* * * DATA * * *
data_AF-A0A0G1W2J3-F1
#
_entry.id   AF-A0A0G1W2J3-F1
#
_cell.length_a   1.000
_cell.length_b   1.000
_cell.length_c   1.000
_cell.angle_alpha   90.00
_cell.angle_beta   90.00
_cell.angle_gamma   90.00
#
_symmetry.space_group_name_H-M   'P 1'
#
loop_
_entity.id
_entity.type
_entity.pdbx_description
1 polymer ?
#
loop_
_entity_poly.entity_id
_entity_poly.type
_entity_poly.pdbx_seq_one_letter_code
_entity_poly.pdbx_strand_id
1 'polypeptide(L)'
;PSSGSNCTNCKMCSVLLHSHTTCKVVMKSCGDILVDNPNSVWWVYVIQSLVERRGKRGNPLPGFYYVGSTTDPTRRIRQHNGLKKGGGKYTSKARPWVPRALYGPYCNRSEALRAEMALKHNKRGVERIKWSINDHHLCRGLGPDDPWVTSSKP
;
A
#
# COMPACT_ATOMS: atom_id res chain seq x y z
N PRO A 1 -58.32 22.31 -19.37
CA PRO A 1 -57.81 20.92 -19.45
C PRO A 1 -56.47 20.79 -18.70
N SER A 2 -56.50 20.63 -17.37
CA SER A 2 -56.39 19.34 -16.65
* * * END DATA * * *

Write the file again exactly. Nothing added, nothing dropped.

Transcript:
data_AF-A0A0G1W2J3-F1
#
_entry.id   AF-A0A0G1W2J3-F1
#
_cell.length_a   1.000
_cell.length_b   1.000
_cell.length_c   1.000
_cell.angle_alpha   90.00
_cell.angle_beta   90.00
_cell.angle_gamma   90.00
#
_symmetry.space_group_name_H-M   'P 1'
#
loop_
_entity.id
_entity.type
_entity.pdbx_description
1 polymer ?
#
loop_
_entity_poly.entity_id
_entity_poly.type
_entity_poly.pdbx_seq_one_letter_code
_entity_poly.pdbx_strand_id
1 'polypeptide(L)'
;PSSGSNCTNCKMCSVLLHSHTTCKVVMKSCGDILVDNPNSVWWVYVIQSLVERRGKRGNPLPGFYYVGSTTDPTRRIRQHNGLKKGGGKYTSKARPWVPRALYGPYCNRSEALRAEMALKHNKRGVERIKWSINDHHLCRGLGPDDPWVTSSKP
;
A
#
# COMPACT_ATOMS: atom_id res chain seq x y z
N PRO A 1 -58.32 22.31 -19.37
CA PRO A 1 -57.81 20.92 -19.45
C PRO A 1 -56.47 20.79 -18.70
N SER A 2 -56.50 20.63 -17.37
CA SER A 2 -56.39 19.34 -16.65